Sunday, March 25, 2012

Obtaining Qualified Subcontractors on GC/CM Projects

On GC/CM (General Contractor/Construction Manager) projects in Washington State, there are a number of tools available to both the contractor and the public agency to ensure that subcontractors working on the project are qualified.

Award to Low Bid Required:  The issue of qualifications of subcontractors is particularly important since RCW 39.10.380 requires that "all subcontract work and equipment and material purchases" must be competitively bid by the GC/CM and awarded to the low responsible bidder with a responsive bid.

4 Subcontractor Selection Tools:  There are four primary tools available to ensure qualified subcontractors on GC/CM public works projects:

  1. Prequalification: When the GC/CM and public agency determine that, for specific subcontract bid packages, it is "in the best interest of the project and critical to the successful completion" of the work, the GC/CM and public body may go through a process to prequalify which subcontractors are eligible to bid on specific subcontract bid packages.  This process, which is outlined in RCW 39.10.400, ensures that only subcontractors with the necessary experience are permitted to bid on specific bid packages.  There is a process outlined for determining that prequalification (technically referred to as “bidder eligibility”) is necessary and an appeals process.
  1. Bidder Responsibility:  On all subcontract bid packages in which prequalification is not used, the GC/CM and public agency must “include the specific objective criteria that will be used…to evaluate bidder responsibility.” (RCW 39.10.380 (2))  Whereas prequalification occurs prior to bidding, bidder responsibility evaluation occurs after subcontract bids have been submitted and prior to award.  The GC/CM is required to award to the lowest responsible bidder with a responsive bid.  The bidder responsibility criteria are in addition to the mandatory bidder responsibility criteria outlined in RCW 39.06.020 for subcontractors.  The bidder responsibility criteria help ensures that the low subcontract bidder has the requisite experience, qualifications, and personnel to perform the subcontract work.
  1. Bonding:  On subcontract bid packages of more than $300,000, subcontract bidders must submit a bid bond. RCW 39.10.380 (3) doesn’t appear to include the option for the GC/CM to receive alternate forms of a bid guaranty.  Any subcontractor awarded a subcontract by the GC/CM for more than $300,000 must also provide a performance and payment bond for the contract amount to the GC/CM.  The bid, performance, and payment bond requirements provide an added level of review into the qualifications and financial capability of subcontractors awarded work under a GC/CM project.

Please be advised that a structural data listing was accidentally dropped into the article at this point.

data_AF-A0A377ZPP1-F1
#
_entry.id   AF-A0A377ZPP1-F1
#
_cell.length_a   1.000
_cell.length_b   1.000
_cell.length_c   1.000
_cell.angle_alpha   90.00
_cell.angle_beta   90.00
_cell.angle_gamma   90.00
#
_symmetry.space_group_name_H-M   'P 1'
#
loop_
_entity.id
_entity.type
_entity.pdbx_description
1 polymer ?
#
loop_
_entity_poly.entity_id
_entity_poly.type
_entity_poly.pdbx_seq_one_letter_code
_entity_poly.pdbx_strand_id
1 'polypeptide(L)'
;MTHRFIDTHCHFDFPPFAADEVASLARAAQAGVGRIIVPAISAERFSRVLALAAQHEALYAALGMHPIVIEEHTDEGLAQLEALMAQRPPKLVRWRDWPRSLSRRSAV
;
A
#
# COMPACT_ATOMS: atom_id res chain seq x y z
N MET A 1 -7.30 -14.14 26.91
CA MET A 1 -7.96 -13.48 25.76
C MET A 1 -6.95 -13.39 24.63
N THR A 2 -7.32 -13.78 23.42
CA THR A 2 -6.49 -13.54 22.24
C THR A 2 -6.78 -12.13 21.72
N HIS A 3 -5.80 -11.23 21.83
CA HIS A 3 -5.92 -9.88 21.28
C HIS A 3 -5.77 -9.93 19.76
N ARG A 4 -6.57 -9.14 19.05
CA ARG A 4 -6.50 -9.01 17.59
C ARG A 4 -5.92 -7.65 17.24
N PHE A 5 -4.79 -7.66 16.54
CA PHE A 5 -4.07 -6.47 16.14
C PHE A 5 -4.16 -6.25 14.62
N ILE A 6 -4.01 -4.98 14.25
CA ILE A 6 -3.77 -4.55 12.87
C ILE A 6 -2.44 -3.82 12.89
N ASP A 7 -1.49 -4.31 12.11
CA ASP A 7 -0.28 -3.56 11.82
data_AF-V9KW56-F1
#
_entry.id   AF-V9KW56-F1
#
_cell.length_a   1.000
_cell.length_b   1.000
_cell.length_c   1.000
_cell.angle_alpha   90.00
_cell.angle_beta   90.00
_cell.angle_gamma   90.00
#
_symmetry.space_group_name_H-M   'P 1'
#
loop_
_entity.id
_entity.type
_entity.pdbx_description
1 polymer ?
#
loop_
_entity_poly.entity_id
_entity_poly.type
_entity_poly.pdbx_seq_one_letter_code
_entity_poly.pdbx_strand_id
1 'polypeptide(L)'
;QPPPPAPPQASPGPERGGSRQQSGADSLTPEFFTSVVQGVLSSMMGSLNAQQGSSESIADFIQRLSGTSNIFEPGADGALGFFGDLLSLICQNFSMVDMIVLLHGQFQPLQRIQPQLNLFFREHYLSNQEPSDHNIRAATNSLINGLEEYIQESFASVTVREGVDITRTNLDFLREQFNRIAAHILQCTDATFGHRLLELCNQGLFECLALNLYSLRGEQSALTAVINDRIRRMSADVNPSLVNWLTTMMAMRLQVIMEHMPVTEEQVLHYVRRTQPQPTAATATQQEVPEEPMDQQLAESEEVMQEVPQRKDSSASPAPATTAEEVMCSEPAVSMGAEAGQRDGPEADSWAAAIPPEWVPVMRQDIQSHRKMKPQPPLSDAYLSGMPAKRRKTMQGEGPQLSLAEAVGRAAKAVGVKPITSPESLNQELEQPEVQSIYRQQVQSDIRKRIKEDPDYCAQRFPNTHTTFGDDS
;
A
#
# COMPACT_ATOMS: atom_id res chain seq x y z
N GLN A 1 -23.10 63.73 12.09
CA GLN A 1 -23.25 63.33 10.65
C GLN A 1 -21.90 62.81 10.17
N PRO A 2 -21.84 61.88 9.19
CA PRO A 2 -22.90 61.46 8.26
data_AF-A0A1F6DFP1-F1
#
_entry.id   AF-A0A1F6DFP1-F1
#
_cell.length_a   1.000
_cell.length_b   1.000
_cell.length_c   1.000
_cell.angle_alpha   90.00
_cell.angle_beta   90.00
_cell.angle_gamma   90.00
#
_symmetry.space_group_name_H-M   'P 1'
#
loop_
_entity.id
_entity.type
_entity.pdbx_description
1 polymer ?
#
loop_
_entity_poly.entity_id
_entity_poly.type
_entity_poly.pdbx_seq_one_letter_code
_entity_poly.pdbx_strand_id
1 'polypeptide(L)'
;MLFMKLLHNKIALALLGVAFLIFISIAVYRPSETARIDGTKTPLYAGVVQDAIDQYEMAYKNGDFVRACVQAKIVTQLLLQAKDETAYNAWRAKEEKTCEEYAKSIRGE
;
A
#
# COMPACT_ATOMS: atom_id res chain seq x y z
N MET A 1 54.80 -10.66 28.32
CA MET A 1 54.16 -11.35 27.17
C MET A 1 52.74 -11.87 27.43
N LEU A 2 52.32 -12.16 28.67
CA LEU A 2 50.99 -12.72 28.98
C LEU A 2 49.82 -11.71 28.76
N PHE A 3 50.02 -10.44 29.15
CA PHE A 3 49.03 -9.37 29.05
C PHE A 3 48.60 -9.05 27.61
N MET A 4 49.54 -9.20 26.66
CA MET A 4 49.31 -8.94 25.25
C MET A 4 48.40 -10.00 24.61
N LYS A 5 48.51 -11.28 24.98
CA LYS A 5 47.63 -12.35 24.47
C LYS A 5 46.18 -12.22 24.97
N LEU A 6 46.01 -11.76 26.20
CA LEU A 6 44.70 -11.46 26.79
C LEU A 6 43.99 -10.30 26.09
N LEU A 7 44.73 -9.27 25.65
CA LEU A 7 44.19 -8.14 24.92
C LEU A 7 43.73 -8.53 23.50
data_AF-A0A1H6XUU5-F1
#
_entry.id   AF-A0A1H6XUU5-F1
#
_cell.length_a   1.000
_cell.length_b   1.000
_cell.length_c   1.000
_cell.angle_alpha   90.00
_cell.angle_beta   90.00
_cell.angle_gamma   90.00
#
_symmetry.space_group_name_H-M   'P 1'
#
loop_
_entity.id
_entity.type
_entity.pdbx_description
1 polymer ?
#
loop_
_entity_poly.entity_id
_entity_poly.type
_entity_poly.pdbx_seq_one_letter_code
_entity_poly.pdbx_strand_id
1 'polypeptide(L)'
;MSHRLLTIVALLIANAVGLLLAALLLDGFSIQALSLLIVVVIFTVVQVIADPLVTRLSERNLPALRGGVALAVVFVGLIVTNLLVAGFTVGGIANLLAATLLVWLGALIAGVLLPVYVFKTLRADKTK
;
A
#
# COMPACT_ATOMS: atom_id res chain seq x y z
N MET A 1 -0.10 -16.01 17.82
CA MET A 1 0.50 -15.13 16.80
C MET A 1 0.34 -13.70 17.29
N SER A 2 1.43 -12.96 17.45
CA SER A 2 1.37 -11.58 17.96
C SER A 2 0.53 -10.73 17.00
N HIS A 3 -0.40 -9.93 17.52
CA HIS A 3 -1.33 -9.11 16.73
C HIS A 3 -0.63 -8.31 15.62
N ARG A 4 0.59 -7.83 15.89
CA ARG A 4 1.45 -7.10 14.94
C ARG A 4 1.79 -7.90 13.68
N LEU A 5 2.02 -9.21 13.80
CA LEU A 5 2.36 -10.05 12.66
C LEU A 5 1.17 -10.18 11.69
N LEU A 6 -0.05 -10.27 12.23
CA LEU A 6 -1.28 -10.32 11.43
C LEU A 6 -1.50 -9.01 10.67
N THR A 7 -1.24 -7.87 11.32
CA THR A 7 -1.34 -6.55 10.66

1. Qualifications Based Selection of Certain Subcontractors:  In 2010, the Washington State Legislature adopted an alternative method for a GC/CM to select mechanical and electrical subcontractors. Rather than bidding this work, RCW 39.10.385 provides that the GC/CM may select these subcontractors before the design of the project is complete based on their qualifications, fee, and general conditions costs – a process very similar to how public agencies are required to select the GC/CM.  By having these key subcontractors on board during pre-construction, they are able to provide valuable services in helping to develop the design.
Project Delivery Methods:  In addition to the traditional Design-Bid-Build project delivery method (also known as the traditional low bid model), there are three alternative public work delivery methods authorized in Washington state:
  • GC/CM
  • Design-Build
  • Job Order Contracting
Other Names and Practices for GC/CM:  GC/CM (General Contractor/Construction Manager), as a project delivery method, is also known by a variety of other terms in other parts of the country: Construction Manager at Risk, CM at Risk, CMAR, and CM/GC (Construction Manager/General Contractor).  Different states have different requirements governing subcontractor selection and other facets of the GC/CM process.

Mike Purdy's Public Contracting Blog 
© 2012 by Michael E. Purdy Associates, 

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